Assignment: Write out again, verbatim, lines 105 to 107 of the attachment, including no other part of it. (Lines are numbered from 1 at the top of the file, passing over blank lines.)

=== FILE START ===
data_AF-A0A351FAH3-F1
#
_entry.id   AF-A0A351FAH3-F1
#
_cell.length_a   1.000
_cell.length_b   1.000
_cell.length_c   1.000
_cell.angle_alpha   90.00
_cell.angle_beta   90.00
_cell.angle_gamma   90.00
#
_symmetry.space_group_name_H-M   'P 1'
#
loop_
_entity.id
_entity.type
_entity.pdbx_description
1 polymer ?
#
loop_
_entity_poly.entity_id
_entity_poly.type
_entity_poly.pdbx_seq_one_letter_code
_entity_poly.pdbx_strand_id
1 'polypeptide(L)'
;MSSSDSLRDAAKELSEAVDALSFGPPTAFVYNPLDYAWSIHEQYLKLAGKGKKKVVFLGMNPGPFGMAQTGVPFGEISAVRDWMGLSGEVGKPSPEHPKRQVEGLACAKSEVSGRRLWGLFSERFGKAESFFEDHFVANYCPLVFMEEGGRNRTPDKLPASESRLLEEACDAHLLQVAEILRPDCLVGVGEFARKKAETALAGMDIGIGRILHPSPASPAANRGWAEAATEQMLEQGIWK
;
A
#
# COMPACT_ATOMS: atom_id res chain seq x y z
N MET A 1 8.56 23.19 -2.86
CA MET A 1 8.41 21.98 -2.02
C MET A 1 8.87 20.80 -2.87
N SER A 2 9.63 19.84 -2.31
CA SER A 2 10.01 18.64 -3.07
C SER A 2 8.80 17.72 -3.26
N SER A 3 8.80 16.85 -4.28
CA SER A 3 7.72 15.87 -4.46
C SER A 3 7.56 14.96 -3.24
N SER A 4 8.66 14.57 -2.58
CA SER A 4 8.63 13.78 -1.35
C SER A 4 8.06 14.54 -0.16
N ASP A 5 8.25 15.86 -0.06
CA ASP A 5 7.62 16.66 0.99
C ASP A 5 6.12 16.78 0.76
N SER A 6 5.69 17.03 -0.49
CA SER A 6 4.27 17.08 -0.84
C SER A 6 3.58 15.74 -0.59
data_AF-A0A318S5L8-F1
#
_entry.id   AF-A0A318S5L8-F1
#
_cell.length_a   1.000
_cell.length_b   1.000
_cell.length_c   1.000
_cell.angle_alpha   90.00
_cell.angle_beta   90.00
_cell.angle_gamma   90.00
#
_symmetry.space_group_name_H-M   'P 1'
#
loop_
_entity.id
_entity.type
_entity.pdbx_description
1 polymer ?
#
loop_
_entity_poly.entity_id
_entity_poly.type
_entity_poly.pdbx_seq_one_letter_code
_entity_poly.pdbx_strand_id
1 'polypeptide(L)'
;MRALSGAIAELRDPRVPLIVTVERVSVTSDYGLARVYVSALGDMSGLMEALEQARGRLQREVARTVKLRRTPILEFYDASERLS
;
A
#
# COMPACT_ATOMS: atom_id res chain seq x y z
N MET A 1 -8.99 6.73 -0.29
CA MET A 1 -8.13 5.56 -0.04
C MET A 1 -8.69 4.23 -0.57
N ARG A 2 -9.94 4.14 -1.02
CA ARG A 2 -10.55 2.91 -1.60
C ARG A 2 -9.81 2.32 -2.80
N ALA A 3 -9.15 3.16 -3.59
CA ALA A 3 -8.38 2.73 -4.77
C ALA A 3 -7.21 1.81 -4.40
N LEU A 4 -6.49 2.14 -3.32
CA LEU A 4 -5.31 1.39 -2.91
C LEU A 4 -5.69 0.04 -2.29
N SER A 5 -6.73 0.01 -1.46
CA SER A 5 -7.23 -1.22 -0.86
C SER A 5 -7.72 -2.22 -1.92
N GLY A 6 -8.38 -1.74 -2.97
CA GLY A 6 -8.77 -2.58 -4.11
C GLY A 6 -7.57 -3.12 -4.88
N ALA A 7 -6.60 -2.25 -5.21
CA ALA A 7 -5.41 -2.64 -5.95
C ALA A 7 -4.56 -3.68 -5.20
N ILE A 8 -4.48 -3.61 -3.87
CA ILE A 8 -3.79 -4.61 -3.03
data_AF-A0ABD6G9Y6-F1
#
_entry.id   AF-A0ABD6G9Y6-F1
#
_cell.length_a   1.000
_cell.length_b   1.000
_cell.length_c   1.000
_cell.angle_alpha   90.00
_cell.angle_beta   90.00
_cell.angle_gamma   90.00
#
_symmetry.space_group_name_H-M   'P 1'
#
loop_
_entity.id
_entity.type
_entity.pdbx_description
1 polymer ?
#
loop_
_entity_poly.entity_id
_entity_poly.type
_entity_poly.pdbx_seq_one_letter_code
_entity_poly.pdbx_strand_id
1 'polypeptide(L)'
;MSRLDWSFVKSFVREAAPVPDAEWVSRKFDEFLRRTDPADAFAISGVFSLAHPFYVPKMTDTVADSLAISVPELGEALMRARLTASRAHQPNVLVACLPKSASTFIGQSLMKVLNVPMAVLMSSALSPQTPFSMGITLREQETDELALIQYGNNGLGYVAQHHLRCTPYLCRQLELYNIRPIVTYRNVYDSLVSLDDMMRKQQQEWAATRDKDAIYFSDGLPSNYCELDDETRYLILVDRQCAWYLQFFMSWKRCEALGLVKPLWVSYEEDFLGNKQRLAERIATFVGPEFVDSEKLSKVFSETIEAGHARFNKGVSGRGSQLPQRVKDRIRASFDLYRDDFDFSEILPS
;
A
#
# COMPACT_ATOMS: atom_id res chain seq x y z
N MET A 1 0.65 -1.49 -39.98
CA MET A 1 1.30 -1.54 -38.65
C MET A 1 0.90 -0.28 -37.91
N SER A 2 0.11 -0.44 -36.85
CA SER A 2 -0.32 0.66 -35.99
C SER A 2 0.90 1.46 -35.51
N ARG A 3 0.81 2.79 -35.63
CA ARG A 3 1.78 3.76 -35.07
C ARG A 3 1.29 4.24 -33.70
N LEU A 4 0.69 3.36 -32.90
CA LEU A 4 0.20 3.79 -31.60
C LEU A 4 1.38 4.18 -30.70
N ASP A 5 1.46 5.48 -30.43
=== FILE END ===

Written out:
#
_cell.length_a   1.000
_cell.length_b   1.000